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“selected by Trump purely because his pandemic position, essentially one of zero intervention, conforms to the alternate reality of Trump’s administration”

Scott Atlas, an advisor to the White House coronavirus task force, was selected by Trump purely because his pandemic position, essentially one of zero intervention, conforms to the alternate reality of Trump’s administration. A neuroradiologist and NOT an expert in infectious diseases, he was recently rebuked by the usually restrained Fauci as lacking “insight or knowledge or experience” for the advisory role. Atlas appears to be pursuing a libertarian ideology in ensuring all his analysis conforms to a worldview that is wholly anti intervention. …

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Since the 90s the outrageous and confrontational have come to occupy a very large part of a media that is increasingly structured towards presenting what’s loud and divisive. Social media and cable news is led by characters who appeal to particular identities often through mocking and demeaning the identity of others. Studies have shown how the most critical posts on social media get the most shares, likes, and comments.

An important experiment that flipped the twitter feed of 1,220 regular Twitter users for one month, demonstrates the effects of this polarizing content on opponents. The exposure led users who identified…

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“What historical trends are indicating must …be re-examined in terms of the polarizing conditions that are in effect now”

History is often used to predict political futures. There’s been a lot of that of late concerning Trump’s re-election chances. Polling behind Biden is one thing, but Biden having led all 40 national polls conducted in May is a more portentous sign entirely. That such a feat has not been done against an incumbent since Jimmy Carter in 1976 would seem to confirm its historical integrity. Even more historically significant is that Biden is now the only challenger ever, since polling…

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Perhaps the biggest problem that we have in critical thinking is the historical side-lining of emotions.

Mind/body and reason/emotion dichotomies, which separate and elevate one side of these oppositions over the other (i.e. mind over body, reason over emotion), prevail in apparent forms of rational public debate and in our programs of mass education. Yet this overlooks the intelligence in emotions, which offer a heuristic account of our innermost concerns.

The philosopher Robert Solomon, describes (albeit in a paradoxically overly rationalistic manner) how ‘contempt’ is a form of hostility that incorporates “an essential judgement of marked superiority”. The Judge can feel contempt for the defendant but the defendant cannot…

All around us are signs of a desperate need for a society that can understand itself: from the pandemic of shifting uncertainties to those who seek to dispel it through quackery and wishful thinking; from encroaching climate change brought on by a carbon heavy system that cumulatively grows beyond its own possibility to those that deny it as conspiracy; from a ruling economic philosophy that atomises humanity to a demagogue who exploits division; from a polarized electorate oblivious to the socio-historical origins of their own biases to the mass delusion of self-proclaimed ‘critical thinkers’, ‘free thinkers’, and ‘truth-seekers’ — ironically…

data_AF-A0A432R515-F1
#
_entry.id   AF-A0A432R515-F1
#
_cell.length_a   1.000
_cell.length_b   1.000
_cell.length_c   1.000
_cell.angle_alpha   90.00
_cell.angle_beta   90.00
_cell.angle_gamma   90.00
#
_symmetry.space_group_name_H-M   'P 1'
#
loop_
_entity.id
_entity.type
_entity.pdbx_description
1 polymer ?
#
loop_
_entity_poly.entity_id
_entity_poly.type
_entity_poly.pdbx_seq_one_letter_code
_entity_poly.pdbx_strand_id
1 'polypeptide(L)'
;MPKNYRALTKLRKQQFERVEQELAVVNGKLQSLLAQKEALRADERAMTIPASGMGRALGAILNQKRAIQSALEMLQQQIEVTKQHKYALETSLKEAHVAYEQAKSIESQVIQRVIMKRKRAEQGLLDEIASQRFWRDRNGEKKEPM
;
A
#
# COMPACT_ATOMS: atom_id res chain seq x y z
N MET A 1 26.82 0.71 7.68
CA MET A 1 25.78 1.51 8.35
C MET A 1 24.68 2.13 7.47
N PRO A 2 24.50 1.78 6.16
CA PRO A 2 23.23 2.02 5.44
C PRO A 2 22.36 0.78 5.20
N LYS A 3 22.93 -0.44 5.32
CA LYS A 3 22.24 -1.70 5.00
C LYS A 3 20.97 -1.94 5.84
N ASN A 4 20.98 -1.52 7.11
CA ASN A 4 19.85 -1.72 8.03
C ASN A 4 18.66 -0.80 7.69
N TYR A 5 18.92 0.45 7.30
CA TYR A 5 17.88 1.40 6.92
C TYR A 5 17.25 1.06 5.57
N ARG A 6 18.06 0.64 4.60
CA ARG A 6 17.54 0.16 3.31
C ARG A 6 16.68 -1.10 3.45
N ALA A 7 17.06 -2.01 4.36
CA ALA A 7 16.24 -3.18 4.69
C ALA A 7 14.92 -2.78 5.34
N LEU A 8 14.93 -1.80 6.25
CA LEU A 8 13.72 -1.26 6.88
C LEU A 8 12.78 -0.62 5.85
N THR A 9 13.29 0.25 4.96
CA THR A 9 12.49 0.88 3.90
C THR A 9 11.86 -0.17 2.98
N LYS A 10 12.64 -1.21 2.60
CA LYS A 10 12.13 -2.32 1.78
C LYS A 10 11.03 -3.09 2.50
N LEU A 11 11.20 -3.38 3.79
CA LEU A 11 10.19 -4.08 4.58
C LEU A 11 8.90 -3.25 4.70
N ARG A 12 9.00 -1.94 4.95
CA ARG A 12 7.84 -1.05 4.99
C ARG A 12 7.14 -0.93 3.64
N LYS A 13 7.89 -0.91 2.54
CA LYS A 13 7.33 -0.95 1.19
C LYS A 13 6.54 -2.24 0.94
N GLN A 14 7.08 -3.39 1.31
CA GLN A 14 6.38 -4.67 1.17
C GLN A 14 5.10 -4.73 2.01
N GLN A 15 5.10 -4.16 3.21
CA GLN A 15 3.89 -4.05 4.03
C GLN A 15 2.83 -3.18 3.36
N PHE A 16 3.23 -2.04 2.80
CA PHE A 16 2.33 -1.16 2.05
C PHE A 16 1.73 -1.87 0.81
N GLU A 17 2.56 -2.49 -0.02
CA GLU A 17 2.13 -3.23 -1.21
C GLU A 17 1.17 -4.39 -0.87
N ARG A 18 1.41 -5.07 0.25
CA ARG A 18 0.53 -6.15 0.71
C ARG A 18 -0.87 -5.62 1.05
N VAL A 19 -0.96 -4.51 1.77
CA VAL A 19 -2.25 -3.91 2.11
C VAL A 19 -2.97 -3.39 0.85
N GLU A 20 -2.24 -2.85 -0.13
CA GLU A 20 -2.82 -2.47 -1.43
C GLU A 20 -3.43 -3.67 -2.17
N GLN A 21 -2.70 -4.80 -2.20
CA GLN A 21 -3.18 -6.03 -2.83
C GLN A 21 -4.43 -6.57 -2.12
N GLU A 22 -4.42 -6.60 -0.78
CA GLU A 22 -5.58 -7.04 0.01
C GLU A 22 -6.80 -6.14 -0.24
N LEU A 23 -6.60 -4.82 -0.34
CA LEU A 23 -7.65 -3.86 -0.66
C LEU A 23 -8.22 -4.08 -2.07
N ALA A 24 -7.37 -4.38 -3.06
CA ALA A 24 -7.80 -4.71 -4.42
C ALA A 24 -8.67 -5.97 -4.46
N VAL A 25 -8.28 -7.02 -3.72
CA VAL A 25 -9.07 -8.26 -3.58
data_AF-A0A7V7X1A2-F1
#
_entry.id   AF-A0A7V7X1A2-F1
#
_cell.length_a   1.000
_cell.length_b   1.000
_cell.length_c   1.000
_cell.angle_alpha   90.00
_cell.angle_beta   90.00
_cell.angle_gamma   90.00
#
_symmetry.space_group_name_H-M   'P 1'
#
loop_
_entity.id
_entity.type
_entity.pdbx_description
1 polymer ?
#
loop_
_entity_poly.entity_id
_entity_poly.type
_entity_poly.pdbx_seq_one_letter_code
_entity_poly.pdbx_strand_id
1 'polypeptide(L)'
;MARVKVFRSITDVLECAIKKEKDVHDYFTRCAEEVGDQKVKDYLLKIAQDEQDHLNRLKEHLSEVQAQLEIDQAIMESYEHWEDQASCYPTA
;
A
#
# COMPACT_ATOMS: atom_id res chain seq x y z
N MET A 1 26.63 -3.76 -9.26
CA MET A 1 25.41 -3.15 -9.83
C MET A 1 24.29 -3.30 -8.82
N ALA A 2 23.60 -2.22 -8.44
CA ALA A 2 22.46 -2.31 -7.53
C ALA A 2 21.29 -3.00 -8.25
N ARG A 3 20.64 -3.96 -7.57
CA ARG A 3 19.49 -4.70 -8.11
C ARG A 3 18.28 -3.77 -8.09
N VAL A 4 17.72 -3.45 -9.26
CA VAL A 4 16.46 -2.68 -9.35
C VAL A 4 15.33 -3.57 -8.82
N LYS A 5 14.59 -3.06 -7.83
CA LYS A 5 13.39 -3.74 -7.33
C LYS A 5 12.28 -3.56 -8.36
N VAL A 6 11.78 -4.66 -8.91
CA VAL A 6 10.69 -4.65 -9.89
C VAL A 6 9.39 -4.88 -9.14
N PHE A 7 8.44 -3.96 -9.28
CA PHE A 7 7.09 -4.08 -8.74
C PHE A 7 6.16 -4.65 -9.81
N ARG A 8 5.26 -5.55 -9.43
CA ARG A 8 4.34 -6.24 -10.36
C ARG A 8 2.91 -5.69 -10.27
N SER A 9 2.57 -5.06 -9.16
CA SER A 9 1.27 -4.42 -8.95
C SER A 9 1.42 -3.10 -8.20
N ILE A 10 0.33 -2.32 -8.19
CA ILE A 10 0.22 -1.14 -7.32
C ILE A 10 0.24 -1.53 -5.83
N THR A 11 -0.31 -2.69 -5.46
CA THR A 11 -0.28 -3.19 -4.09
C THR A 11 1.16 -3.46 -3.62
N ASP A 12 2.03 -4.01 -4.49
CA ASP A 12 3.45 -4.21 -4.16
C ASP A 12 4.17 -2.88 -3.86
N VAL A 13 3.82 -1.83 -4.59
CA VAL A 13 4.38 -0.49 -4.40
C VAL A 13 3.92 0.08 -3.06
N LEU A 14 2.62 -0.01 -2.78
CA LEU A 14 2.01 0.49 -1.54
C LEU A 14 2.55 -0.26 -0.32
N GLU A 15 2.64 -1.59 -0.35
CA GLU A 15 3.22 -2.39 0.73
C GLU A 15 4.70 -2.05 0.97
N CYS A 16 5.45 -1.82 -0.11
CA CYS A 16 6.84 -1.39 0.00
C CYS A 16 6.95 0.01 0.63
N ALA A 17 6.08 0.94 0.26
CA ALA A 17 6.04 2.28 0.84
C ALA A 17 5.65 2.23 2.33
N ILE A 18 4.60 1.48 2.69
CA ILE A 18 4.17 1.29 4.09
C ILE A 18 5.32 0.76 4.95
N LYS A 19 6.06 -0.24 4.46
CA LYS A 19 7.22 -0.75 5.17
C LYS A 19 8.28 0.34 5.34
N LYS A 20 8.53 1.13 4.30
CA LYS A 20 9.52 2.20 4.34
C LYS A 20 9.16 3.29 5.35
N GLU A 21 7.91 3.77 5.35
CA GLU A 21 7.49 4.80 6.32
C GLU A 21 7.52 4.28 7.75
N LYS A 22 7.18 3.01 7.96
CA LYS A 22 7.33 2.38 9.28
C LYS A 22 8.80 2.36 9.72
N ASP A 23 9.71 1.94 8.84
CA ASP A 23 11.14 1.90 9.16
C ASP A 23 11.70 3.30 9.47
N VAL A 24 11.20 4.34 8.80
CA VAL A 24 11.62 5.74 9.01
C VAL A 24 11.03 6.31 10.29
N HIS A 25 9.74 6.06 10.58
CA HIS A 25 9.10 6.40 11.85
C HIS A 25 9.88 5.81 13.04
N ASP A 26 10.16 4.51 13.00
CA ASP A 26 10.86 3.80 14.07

An evocation of a class perspective remains absent from climate advocacy and debate. Emission disparities are routinely hidden by headline statistics referring to national emissions. Per capita and historical emissions, often used to reallocate blame to developed countries, still fit a narrative that individualises climate change responsibility.

These classless statistics conceal how each citizen is not equally responsible for their country’s emissions. In contrast, evidence gathered by Chancel and Piketty suggests the top global 1% — with a mean income of €171000 for its EU members — emit as much as the bottom 50%. …

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“Climate injustice is caused by inequalities: the most politically, culturally, and economically marginalized communities and nations use vastly less fossil fuel–based energy and bear far less responsibility for creating environmental problems than do wealthier nations and people, who use far more than is needed for a decent quality of life”

(Harlan et al., 2015, 127).

Climate change exacerbates existing vulnerabilities and inequalities. While both the poor and the rich can lie in the path of the same hurricane, or heatwave, it is the poor and the marginalised that have much less at their disposal for fending off the impact and…

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Like the financial crash of 2008, and the encroaching onslaught of climate change, the Covid-19 pandemic is demonstrative of how everything is interconnected from its spread through the globalized movement of people (to at least 185 countries) to a fatality rate that is deeply dependent on the interplay between environment, politics, science, media, healthcare systems, ICT, social equality etc. We should therefore apply a reasoning that recognizes the systemic and interconnected nature of the virus itself as well as a nuanced understanding to the contexts in which the society-virus relationship is unfolding.

This form…

Emmet Fox, PhD

Sociologist writing about society, climate change, energy transition, critical thinking, etc &

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